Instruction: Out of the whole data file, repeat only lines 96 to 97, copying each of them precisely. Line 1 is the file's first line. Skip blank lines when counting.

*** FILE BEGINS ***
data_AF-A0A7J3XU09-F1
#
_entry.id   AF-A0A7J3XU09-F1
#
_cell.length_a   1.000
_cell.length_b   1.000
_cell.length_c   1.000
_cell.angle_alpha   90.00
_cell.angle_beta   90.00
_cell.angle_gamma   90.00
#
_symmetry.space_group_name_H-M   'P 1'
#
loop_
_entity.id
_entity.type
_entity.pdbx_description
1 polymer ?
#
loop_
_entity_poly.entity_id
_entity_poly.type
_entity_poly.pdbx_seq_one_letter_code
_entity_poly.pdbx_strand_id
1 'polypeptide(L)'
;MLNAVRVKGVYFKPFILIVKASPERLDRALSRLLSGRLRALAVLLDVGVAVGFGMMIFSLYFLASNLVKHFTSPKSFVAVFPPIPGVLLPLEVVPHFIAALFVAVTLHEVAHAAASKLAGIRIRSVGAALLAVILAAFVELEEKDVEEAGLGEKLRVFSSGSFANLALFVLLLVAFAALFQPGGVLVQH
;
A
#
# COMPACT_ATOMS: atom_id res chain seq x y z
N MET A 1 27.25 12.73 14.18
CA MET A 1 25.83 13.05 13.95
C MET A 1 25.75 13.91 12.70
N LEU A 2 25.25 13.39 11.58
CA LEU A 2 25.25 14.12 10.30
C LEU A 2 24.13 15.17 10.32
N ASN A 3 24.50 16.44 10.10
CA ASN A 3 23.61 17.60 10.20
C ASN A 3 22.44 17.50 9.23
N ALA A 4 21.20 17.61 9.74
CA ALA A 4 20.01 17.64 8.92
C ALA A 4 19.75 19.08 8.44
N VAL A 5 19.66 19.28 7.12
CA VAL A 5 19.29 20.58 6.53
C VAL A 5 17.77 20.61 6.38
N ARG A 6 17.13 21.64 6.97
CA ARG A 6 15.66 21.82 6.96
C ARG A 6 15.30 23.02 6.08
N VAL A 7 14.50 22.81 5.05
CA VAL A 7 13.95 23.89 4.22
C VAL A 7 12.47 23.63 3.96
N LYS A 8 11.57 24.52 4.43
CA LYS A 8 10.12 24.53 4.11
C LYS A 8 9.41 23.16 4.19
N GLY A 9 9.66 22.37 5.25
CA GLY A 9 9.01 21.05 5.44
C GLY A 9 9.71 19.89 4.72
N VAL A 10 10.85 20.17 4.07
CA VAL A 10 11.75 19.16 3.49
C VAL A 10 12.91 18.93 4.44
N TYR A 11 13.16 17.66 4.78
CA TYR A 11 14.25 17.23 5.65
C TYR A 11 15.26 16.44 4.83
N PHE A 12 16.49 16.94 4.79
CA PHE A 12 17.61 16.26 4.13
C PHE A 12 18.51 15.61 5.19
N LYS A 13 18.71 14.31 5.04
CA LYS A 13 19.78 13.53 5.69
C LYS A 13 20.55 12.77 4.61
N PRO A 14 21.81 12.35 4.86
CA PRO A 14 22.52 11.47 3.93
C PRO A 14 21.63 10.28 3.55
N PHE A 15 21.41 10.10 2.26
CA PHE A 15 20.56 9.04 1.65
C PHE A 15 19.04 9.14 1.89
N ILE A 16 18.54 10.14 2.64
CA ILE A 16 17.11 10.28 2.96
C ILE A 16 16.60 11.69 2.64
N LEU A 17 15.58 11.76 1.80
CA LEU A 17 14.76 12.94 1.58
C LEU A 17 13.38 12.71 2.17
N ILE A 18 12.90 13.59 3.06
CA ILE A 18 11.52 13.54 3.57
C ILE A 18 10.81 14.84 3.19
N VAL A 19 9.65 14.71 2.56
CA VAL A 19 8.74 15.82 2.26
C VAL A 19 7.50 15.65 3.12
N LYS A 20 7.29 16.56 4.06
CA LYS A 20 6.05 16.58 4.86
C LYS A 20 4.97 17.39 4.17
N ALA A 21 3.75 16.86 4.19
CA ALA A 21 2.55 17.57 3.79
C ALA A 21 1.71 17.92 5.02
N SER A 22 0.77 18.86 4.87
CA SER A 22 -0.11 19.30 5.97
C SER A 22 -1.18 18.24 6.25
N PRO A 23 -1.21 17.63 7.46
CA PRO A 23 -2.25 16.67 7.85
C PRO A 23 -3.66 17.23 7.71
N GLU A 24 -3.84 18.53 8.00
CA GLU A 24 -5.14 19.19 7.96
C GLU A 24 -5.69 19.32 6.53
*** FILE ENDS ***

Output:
C SER A 22 -1.18 18.24 6.25
N PRO A 23 -1.21 17.63 7.46